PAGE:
Trevor Tombe: The problem with Alberta’s pension plan campaign

This debate deserves full engagement based on all the facts, not public-funded obfuscation
Danielle Smith, Premier of Alberta, speaks to media at the Council of the Federation Canadian premiers meeting at The Fort Garry Hotel in Winnipeg, Tuesday, July 11, 2023. John Woods/The Canadian Press.

Last week, Fraser Institute analysts Jason Clemens and Tegan Hill wrote an important article in The Hub on the recent debate over a possible Alberta Pension Plan. They rightly note that “some prominent pundits and analysts prefer to obfuscate and muddy the water of discussion” and call for a thoughtful engagement based on the facts.

I couldn’t agree more.

Canadians should be proud of much of our public pension systems—especially compared to many other advanced economies—but we should also welcome debate over reforms. This includes the possibility of a provincial plan for Alberta, separate from the existing Canada Pension Plan.

Unfortunately, obfuscation is not found only among opponents of an Alberta plan. It’s baked right into the heart of the province’s public engagement on the issue.

Rather than providing a wide range of possible considerations, it offers only a single piece of analysis that, in my view, significantly overstates the potential benefits of a separate provincial plan. And its survey is little more than a push poll that asks Albertans to count their chickens before they hatch.

There are real uncertainties that we cannot simply brush aside. To count on $5 billion in annual savings without even a nod to alternative scenarios is to mislead the public on an incredibly serious matter.

Worse, it presents everything in the best possible light and ignores important tradeoffs and risks.

It’s not a genuine engagement. It’s a marketing campaign. And that’s a problem.

It doesn’t have to be like this. There are simple ways to illustrate tradeoffs and risks while being open about the potential benefits of an Alberta plan.

Of course, in politics, it is said that “if you’re explaining, you’re losing.” The benefit of an independent panel, however, is that it may not be trapped by the same incentives as sitting politicians. Explaining should be part of its job. Better yet, it should provide the tools to help Albertans draw their own conclusions based on all the facts.

Consider the new Finances of the Nation Alberta Pension Plan simulator.1Any analysis of this kind makes certain simplifying assumptions, especially when evaluating a non-existent policy with imperfect publicly available data. The simulator’s output is largely consistent with the results of the analysis that the Alberta government commissioned.

It reveals several potential benefits.

In the simulator’s default scenario, contribution rates in a separate Alberta plan could be 1.3 percentage points lower than the CPP. That may sound small, but it is equivalent to up to $418 per year each for employees and employers. That’s less than the government is promoting, but it’s still meaningful savings. Indeed, the total value of this change is greater than the province’s upcoming personal income tax cut.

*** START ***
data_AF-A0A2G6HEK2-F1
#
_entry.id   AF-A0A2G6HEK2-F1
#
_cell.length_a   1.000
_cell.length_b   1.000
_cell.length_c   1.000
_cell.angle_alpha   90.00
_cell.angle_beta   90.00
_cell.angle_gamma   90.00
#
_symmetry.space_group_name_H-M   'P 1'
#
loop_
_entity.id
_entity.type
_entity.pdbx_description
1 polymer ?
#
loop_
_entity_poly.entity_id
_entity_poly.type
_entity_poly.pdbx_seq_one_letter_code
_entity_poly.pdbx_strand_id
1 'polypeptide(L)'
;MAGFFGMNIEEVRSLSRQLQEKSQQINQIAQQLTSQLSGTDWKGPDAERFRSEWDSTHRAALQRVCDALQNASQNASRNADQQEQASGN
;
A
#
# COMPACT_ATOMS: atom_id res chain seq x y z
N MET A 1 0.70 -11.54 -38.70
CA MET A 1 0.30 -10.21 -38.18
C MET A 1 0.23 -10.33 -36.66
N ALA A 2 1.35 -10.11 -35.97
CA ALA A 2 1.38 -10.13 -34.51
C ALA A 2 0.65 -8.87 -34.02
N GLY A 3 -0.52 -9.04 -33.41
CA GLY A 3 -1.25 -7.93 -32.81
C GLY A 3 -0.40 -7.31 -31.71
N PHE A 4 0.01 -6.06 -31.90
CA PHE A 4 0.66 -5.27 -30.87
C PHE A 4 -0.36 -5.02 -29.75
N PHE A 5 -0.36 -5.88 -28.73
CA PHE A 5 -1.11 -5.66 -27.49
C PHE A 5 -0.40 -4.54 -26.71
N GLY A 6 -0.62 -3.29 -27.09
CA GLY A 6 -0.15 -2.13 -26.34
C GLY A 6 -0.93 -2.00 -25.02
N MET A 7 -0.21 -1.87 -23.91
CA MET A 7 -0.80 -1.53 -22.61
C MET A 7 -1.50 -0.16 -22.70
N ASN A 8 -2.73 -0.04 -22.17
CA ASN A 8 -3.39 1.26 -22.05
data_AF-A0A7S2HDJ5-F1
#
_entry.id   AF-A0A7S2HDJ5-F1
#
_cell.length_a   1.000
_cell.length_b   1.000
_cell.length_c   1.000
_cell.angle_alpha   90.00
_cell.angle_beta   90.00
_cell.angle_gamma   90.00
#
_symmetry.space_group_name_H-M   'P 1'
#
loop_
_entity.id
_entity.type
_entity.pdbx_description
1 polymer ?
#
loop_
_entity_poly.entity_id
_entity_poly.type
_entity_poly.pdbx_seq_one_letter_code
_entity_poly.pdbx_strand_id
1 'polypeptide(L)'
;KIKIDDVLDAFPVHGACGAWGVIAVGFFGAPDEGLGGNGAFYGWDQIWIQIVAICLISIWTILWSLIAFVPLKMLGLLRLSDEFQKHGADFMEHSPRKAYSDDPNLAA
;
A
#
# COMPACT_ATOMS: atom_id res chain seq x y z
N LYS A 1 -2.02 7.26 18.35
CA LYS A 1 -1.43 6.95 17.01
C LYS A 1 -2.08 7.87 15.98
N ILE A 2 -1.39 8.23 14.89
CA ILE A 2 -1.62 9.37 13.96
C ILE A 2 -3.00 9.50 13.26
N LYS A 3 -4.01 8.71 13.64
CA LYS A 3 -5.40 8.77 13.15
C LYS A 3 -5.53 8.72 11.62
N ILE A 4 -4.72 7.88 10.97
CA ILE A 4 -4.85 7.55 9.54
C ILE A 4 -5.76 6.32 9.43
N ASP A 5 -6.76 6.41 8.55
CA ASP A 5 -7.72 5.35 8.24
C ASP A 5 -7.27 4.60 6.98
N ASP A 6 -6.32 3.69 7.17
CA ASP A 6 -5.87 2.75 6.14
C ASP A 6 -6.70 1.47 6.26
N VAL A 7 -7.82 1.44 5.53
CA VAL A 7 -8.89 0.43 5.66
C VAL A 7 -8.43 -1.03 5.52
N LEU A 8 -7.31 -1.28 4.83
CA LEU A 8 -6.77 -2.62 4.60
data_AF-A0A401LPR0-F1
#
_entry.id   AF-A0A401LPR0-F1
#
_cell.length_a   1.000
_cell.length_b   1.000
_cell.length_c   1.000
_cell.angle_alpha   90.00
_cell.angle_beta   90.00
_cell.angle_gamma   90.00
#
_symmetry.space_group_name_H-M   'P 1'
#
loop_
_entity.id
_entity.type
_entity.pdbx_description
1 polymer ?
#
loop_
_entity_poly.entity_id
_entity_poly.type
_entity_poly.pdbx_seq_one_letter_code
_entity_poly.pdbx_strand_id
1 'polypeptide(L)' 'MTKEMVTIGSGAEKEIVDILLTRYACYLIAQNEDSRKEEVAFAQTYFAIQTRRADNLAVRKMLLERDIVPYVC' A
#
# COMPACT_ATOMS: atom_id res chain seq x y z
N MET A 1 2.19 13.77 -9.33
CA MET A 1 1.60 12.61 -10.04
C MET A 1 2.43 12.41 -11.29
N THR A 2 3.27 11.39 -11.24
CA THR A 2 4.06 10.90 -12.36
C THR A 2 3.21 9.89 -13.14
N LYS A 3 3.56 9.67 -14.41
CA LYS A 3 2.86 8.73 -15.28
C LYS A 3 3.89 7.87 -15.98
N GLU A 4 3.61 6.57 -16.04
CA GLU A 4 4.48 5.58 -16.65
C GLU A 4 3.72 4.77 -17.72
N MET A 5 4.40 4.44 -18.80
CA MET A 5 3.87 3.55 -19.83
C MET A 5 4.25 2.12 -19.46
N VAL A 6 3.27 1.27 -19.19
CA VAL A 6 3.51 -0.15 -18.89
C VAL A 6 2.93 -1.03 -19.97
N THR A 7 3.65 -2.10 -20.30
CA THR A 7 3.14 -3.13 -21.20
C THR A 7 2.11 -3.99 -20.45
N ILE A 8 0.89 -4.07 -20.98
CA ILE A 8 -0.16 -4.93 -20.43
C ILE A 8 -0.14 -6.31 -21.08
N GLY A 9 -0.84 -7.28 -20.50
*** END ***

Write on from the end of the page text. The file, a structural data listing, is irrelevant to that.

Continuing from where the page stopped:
And if you think the government’s preferred scenario that an APP gets over $300 billion from the CPP is correct, then you can explore that too!

It also shows that retirement payments to seniors could be increased. I don’t think this is a particularly good idea, to be clear. I’m strongly in favour of increasing the retirement age and believe lowering the OAS age from 67 to 65 was a mistake. But that aside, there’s “room” to boost benefit spending in Alberta’s plan by roughly 15 percent, although contribution rates wouldn’t be able to fall in that case.

The simulator also reveals important risks.

If fertility and migration rates approach the Canadian average, then Alberta’s pension savings relative to the CPP would fall by more than one-third. And if migration rates look like Ontario’s, then the savings fall by roughly one-quarter. 

More importantly, investment risks can be large. If returns fall by half a point, perhaps due to a smaller pool of assets or due to political interference in the fund (something the CPP is better insulated from), then nearly half the savings disappear. And combined with lower in-migration, there might be no savings at all.

The simulator also goes through 10,000 possible futures with volatility assumptions that mirror what’s applied to the CPP. It shows there’s a very wide range of possible futures for an Alberta pension plan. In fact, under the government’s preferred scenario, there is a one-in-three chance the contribution rate cannot be reduced at all.

None of this implies an APP is either a good policy idea or a bad one. The simulator is entirely neutral and is useful for both opponents and proponents alike. But it’s information and tools like this that we need more of. It’s what the engagement panel should be doing.

This is a serious policy discussion with real consequences for millions of Albertans. It deserves full engagement based on all the facts, not public-funded obfuscation. Exploring benefits, costs, and tradeoffs is critical to making good decisions.

A separate provincial pension plan for Alberta is an entirely legitimate policy position, and reasonable people can disagree. But hanging our hats on a single set of optimistic assumptions is anything but prudent. A $7.5 million engagement can (and should!) do better.

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